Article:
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Stockholm syndrome is a psychological response sometimes seen in an abducted hostage, in which the hostage shows signs of loyalty to the hostage-taker, regardless of the danger (or at least risk) in which they have been placed. The syndrome is named after the Norrmalmstorg robbery of Kreditbanken at Norrmalmstorg, Stockholm, Sweden, in which the bank robbers held bank employees hostage from August 23 to August 28 in 1973. In this case, the victims became emotionally attached to their victimizers, and even defended their captors after they were freed from their six-day ordeal. The term Stockholm Syndrome was coined by the criminologist and psychiatrist Nils Bejerot, who assisted the police during the robbery, and referred to the syndrome in a news broadcast.
Originally posted by sc2099
reply to post by Harman
Great thread, Harman. You are so right, we are all beholden to this system into which we were born. None of us ever asked to be a part of it, we just do it so we wouldn't be homeless and starving, or "failures".
Some of us are lucky enough to enjoy our careers, but even if we do, most of us don't have a choice of whether or not we want to keep going to work in some shape or form.
Personally, I get so wrapped up in my job that I have to tell myself on a very regular basis that it's BS. I am not my company. What is good for my company is not always good for me. If I sell one more unit, I get a tiny percentage while they reap substantial profits. I'm not complaining; I enjoy my work. I'm all for capitalism. But the point is, sometimes I forget that the enthusiasm I show at work really is for work and isn't part of me. Sometimes I forget that it really doesn't matter if I sell a few more units.
It's extremely hard not to get sucked in and forget just who I'm supposed to be serving by showing up for work.
Originally posted by cognoscente
Sorry in advance for the essentially one lined post, but you might be interested in www.thevenusproject.com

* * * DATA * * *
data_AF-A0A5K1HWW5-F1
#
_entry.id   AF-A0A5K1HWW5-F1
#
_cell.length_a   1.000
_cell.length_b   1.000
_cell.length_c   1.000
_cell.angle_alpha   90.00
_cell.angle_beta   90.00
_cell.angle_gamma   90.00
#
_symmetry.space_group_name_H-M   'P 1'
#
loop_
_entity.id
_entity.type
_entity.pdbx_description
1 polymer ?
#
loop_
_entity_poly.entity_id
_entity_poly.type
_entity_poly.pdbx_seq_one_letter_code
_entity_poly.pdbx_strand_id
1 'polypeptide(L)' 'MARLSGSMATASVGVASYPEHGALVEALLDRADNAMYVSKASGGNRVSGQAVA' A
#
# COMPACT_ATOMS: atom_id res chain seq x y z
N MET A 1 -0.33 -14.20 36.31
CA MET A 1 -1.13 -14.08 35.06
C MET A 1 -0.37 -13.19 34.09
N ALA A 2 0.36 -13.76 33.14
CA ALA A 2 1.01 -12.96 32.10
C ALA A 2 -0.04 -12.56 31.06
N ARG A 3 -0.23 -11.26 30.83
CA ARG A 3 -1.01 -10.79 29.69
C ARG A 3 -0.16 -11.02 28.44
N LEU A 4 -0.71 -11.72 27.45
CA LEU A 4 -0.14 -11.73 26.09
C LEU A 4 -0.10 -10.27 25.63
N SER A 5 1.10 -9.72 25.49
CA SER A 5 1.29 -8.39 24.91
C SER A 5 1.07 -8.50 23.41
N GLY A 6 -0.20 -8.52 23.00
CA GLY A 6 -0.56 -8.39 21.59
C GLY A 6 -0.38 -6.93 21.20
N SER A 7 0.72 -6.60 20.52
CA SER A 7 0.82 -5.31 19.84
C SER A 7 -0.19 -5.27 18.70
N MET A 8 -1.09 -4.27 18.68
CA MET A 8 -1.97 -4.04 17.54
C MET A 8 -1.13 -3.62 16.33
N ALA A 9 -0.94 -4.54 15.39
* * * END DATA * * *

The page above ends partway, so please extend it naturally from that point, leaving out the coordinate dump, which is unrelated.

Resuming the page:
Originally posted by Karlhungis
reply to post by Harman
Another great thread Harman. Starred and Flagged.
I agree with you 100%. I think some people are starting to question their captors now. I certainly am. It is really difficult to have played the game and done everything right, sacrificing any pursuit in things that would actually be fulfilling, only to have the chair kicked out from under you.
It makes you wonder what the hell is the point. I just lost roughly 40% of my savings in the last month. That is almost half of my time working this job for nothing. It was fine when the system worked. But now it makes me take a harder look at it and I don't like what I see.
It isn't just the economy though. It is the entire system. The economy, the health care, the school system.... etc. It would be oh so easy to flip the system the bird and just walk away..... if you were single without children. It is a much harder choice when facing the reality of pulling your children from the system.
To choose to take away your access to good health care is a very difficult choice. To think of the consequences of trying to home school your children is a difficult choice. Ripping them from the system could very well ostracize them from society. It could jeopardize their entire future.
Not an easy decision.